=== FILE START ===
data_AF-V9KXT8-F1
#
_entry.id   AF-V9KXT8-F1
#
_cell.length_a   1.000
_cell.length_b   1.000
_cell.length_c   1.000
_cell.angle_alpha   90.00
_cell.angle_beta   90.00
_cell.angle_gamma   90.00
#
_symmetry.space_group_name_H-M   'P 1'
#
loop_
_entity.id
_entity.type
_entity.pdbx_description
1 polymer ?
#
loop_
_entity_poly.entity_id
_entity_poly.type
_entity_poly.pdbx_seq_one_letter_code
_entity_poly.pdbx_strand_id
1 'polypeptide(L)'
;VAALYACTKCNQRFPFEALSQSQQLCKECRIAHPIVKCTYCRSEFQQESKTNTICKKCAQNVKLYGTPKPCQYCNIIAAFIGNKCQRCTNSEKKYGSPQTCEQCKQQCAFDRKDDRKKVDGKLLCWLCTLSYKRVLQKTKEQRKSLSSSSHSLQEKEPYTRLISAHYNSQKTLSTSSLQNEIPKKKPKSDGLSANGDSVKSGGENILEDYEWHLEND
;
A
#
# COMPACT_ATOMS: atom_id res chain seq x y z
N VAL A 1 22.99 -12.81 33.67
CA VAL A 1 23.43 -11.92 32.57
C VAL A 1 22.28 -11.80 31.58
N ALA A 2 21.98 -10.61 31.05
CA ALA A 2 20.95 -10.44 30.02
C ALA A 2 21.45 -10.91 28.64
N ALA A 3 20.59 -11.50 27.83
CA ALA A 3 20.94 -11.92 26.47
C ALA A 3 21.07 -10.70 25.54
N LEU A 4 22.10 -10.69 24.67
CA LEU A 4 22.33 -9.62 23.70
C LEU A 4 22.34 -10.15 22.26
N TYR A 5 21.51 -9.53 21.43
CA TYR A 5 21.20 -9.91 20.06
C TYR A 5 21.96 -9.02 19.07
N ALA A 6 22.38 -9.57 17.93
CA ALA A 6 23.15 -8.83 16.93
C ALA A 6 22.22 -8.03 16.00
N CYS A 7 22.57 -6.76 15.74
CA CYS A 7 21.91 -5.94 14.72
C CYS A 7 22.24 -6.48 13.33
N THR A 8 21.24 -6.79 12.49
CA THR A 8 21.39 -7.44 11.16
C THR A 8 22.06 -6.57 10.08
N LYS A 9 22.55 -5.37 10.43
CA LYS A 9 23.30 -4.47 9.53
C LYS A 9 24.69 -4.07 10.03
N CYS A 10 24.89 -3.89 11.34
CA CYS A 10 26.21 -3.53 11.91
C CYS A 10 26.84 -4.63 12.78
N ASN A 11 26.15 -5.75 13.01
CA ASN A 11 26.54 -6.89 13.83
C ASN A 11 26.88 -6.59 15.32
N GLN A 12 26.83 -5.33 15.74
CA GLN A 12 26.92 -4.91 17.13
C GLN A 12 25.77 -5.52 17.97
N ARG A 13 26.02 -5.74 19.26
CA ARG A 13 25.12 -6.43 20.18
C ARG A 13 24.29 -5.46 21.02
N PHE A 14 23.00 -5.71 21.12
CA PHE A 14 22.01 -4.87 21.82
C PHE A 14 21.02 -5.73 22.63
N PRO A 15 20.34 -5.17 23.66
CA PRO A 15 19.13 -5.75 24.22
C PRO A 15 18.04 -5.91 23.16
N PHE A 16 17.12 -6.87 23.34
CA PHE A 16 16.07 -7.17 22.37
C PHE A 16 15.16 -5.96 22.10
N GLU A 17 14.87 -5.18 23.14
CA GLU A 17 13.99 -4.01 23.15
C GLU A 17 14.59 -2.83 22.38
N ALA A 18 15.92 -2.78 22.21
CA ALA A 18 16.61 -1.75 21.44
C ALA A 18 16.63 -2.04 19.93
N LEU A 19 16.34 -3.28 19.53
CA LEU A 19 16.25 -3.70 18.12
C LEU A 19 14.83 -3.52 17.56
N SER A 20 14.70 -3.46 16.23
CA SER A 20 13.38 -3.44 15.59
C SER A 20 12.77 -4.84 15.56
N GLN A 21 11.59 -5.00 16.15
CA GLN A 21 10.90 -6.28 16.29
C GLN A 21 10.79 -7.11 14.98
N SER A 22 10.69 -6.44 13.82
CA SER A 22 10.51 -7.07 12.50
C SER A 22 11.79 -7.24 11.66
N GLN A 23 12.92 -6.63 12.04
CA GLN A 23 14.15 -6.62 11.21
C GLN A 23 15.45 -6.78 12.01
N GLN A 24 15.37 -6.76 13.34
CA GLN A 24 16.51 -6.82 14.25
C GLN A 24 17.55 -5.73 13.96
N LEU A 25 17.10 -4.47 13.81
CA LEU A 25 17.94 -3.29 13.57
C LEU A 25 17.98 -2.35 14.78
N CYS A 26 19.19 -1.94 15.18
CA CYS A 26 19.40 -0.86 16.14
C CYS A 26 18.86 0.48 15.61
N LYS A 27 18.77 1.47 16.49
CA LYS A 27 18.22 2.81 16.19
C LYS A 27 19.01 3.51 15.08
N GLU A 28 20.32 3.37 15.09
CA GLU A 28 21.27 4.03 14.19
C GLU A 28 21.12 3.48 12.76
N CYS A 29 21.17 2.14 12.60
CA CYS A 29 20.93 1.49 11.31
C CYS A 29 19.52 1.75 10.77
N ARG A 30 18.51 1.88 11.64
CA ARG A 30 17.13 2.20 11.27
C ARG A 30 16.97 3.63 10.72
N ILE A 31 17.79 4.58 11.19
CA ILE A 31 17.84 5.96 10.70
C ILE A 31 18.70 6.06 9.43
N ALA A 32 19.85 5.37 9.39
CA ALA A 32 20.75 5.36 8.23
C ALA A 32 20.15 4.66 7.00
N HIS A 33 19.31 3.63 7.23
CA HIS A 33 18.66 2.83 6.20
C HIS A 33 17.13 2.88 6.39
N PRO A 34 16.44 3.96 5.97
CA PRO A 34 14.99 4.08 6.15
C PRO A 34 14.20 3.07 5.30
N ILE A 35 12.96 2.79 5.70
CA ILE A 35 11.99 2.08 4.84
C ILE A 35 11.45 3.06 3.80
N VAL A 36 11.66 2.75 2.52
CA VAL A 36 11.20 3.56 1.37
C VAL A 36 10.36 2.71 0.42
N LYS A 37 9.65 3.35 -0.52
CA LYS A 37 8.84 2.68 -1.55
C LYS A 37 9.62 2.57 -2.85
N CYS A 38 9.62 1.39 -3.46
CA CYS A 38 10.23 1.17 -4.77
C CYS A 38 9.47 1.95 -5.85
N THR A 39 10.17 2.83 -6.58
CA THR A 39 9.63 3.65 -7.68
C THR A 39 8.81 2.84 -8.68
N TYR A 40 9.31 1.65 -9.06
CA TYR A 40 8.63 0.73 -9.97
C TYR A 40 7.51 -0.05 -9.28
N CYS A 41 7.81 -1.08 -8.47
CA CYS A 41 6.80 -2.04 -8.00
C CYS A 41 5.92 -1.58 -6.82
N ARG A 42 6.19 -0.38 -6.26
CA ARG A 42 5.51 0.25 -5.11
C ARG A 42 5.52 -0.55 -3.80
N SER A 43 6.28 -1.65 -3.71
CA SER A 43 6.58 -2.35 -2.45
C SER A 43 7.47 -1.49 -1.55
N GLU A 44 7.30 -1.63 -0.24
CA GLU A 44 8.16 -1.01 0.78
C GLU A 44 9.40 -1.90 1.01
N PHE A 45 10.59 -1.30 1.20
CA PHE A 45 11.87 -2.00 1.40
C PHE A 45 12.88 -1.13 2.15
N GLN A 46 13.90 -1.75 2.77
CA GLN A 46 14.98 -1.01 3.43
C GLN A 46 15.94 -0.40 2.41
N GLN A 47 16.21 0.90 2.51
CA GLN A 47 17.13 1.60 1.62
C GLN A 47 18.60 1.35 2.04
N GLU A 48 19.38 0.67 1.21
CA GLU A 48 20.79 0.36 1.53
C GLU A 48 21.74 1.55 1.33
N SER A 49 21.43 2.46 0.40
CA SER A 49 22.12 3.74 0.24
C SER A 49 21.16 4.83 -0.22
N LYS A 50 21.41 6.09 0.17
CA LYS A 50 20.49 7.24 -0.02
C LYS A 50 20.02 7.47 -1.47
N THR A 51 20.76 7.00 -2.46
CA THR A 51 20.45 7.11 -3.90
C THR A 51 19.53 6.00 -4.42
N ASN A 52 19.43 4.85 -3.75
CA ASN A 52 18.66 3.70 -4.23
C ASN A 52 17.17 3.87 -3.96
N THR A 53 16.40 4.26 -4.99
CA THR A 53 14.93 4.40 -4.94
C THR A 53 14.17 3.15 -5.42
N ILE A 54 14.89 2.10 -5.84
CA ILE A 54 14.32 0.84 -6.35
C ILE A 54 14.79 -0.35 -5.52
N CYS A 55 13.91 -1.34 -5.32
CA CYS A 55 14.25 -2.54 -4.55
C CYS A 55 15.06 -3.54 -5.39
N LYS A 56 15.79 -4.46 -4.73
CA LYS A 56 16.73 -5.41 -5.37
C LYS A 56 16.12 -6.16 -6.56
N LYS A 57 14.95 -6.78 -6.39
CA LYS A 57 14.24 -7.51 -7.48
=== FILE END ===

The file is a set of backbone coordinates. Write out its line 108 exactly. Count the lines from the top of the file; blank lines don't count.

C CYS A 26 18.86 0.48 15.61